High Peaks Pure Earth presents a short story from Tibet in English translation called “I Wasn’t Born Out of the Ground” by Dawa Drakpa. The short story was published online in December 2021 and was the winner of the “Gangchenjong” Short Story Contest in Ngaba, Amdo in eastern Tibet. Our thanks go to Thinlay Gyatso for submitting the English translation for publication.
Unfortunately it’s not possible to find the original post from Tibet anymore. Despite winning the literary contest and being liked and shared on WeChat, the short story appears to have been scrubbed. The short story was however re-posted on the exile Tibetan language website Khabdha on December 8, 2021. Although it’s hard to know the reason for the short story being taken offline, it may have something to do with the term used for the red dog in Tibetan (རྒྱ་དམར་) Even though this word only means red in the story, it can also mean “Red Chinese” in modern terms and would therefore be flagged as “sensitive”.
Please enjoy this charming short story, told through the eyes of an unnamed and innocent young boy trying to make sense of the world and his life. Please scroll to the bottom to read a translation note and short bio of the translator.
“I Wasn’t Born Out of the Ground”
By Dawa Drakpa
Translation by Thinlay Gyatso
The dark cloud in the south looked to me like the language teacher with his hand raised in anger to slap someone. I didn’t say it to the other students though, some of whom said it looked like an old yak, while others said it resembled a stallion. Drawn to the dark cloud in the sky, we crowded at the school gate and didn’t notice how the language teacher had come just behind us. “Little devils, don’t you see it’s going to rain! Go home quickly,” the language teacher shouted in a forceful voice. The students crowded at the school gate dispersed in every direction like a flock of birds hit by a stone. Scared to the core, I also leapt the length of a good rope. Then, having calmed down a bit, I walked like a duck. I didn’t know whether the language teacher saw me but for me, that was the best way to show an attitude towards him.
On the way home, carrying sorrow and annoyance bigger than my age, I didn’t notice I was close to my home. Suddenly, a dog jumped on me from behind. I thought it must have been the red stray dog that had been running around. All my body hair instantly stood on end. As though my legs were filled up with molten lead, they refused to take one step forward. But, fortunately, in the next instant, what flashed in my view was not the red dog but Dangkarma, the white-chested dog of Uncle Gya Gya’s family.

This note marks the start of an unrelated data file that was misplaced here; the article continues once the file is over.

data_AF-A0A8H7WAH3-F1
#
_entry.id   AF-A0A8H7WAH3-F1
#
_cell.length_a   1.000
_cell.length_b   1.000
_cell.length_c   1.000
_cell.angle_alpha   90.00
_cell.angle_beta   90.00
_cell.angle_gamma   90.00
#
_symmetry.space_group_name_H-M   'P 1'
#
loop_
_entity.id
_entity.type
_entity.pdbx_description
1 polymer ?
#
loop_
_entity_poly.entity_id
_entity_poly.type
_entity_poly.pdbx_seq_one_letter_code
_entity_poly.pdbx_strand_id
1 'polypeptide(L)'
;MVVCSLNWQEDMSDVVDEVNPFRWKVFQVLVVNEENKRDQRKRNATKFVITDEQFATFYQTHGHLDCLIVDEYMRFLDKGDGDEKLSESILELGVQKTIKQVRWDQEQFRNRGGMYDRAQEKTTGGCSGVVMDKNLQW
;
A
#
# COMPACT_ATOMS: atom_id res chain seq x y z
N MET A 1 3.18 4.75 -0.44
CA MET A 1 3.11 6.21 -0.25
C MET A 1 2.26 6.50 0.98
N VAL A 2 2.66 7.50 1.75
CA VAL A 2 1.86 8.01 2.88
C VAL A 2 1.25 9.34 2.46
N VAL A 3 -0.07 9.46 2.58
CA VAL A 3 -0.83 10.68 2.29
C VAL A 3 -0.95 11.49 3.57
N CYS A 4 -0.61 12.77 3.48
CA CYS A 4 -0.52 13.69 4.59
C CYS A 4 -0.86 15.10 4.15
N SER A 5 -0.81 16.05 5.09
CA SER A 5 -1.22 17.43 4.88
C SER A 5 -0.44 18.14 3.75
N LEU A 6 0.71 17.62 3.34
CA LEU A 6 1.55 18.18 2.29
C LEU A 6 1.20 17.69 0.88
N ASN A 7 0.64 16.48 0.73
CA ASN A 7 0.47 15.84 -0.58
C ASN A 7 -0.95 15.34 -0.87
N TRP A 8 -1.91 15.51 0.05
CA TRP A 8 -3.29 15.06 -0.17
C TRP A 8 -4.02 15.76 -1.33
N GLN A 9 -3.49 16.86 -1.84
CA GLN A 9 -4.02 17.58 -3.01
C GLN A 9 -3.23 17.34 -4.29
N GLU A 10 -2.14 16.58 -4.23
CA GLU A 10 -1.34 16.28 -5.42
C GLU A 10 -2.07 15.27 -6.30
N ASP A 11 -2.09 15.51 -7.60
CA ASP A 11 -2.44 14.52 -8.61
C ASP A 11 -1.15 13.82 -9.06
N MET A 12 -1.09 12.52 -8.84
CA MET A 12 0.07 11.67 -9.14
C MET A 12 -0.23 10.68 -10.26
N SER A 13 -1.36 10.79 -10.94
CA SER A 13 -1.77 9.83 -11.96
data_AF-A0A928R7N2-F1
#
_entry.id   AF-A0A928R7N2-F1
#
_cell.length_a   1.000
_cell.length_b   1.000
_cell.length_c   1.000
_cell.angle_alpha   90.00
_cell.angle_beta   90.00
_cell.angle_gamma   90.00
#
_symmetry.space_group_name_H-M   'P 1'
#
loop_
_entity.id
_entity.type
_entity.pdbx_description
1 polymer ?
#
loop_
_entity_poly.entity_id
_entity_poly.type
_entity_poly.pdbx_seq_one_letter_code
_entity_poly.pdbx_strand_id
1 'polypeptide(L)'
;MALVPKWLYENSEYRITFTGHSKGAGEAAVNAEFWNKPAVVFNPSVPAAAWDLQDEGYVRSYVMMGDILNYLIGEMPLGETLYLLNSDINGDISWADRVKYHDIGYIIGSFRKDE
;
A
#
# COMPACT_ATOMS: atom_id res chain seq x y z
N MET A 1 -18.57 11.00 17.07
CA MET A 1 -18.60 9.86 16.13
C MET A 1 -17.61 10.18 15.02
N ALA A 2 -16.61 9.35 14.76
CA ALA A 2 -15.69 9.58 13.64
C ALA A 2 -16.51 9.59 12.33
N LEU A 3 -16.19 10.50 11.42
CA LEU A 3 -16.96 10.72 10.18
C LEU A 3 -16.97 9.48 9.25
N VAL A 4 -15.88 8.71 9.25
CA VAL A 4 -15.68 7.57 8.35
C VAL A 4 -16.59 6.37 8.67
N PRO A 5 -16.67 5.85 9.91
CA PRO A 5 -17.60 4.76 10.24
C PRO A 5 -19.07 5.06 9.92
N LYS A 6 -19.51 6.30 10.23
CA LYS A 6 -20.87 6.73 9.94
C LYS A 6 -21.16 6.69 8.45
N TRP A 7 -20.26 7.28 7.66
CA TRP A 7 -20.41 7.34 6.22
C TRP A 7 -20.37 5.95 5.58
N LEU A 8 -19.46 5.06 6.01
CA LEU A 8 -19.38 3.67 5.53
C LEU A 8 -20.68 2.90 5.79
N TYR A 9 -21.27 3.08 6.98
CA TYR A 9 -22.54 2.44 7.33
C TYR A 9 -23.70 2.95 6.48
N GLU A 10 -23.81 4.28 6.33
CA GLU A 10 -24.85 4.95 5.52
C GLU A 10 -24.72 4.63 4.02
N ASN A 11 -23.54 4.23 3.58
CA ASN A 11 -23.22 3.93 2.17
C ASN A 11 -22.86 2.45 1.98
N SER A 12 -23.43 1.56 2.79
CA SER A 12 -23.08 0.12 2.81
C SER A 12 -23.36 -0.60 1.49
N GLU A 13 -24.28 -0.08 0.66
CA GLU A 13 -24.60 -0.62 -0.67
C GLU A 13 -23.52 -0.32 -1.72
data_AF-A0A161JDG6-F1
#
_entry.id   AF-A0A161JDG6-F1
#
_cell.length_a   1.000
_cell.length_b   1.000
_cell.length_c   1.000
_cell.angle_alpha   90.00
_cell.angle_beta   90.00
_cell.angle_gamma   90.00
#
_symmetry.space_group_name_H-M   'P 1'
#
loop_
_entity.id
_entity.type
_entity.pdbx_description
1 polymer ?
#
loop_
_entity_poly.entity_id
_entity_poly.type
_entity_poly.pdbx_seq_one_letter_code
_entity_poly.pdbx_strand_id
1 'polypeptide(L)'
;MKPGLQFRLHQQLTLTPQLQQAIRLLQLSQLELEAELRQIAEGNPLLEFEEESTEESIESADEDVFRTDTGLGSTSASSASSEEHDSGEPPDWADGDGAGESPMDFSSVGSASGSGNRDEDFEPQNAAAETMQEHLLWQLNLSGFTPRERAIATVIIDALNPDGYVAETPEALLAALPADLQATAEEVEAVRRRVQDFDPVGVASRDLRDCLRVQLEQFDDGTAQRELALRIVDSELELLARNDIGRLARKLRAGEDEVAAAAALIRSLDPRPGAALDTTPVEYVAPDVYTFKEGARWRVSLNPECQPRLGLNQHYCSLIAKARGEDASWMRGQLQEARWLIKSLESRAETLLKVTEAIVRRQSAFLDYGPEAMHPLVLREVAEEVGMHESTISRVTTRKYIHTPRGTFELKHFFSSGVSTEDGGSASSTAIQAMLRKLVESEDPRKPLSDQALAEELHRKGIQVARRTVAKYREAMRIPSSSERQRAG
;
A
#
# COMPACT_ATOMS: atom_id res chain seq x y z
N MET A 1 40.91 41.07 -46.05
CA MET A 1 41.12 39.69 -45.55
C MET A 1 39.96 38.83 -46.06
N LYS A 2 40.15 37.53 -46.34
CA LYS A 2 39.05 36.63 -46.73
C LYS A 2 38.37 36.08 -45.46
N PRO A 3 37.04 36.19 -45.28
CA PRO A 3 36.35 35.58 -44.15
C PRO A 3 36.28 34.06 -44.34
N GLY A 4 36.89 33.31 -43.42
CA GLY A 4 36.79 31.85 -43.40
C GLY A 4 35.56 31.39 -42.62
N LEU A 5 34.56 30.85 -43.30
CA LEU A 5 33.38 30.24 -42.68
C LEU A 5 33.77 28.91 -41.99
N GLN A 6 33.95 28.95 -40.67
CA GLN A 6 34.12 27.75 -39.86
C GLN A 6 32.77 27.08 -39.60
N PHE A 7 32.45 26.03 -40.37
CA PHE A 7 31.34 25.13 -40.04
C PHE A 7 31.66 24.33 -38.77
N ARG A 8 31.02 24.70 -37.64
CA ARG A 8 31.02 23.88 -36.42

Uncle Gya Gya’s family were our neighbors and Dangkarma and I were well used to each other. I also loved and treated Dangkarma as our own guard dog. When I left for school in the mornings, Dangkarma and her two puppies would follow me. My schoolmates teased me that they were my three tails.
When I led my three tails to school, I often wondered about the red puppy. How could a black-furred dog give birth to a red-furred puppy? I was baffled. A few days earlier, I had asked Uncle Gya Gya about my bewilderment. Without having to think, he said the puppy must have taken after his Apa.
“Then, who is the puppy’s Apa?” I asked, still confused.
“How would I know!” Uncle Gya Gya shook his head.
As soon as Uncle Gya Gya said that a few days earlier, I thought the red puppy was also an orphan like myself who didn’t know who his Apa was. I had particular sympathy for the red puppy.
When I got to our courtyard, the delicious smell of meat filled my nostrils. I thought the smell must have originated from Uncle Gya Gya’s courtyard but when I got inside the house, I learned I had guessed wrong. Our medium aluminium pot was on the stove with steam puffing out through its lid. The irresistible smell of meat became even more delicious. In my experience, my Ama would never put that aluminium pot on the stove except to boil meat.
“Do we have an important guest coming tonight?”
Another experience of mine was that Ama would never boil meat except when we had an important guest. So I thought we were perhaps going to have an important guest like Uncle Rigzin or Aunt Pema.
“Do your homework. Do your homework,” said Ama without answering my question. Whether or not I had homework, Ama always told me to do it. So, I also always pretended to do my homework whether or not I had it. I took out a notebook and pen from my schoolbag and pretended but I couldn’t write a word on the notebook. It was as though today’s homework was deliberately created by the language teacher to cause me trouble. I remembered the piercing slap he had administered on my face in the morning. I firmly believed that I had been wrongly accused. The more I thought about it, the less I wanted to do homework. Even though I actually wanted to write the homework, today’s homework was not something that I could easily write.
While I pretended, as usual, to be doing homework in front of Ama even though I couldn’t find anything to write about, my younger brother, from behind Ama, signaled with hand and mouth to play horsebreaking with him. As Ama stood between us, there was no way we could play horsebreaking. With a mouth gesture towards Ama, I signaled we couldn’t play. After a while, the crisp bell sound of Ama’s phone ringtone went off. With haste, she went outside. In her absence, my brother ran to me and whispered that we could play horsebreaking. In fear of Ama returning inside shortly, I said we shouldn’t because Ama would scold us.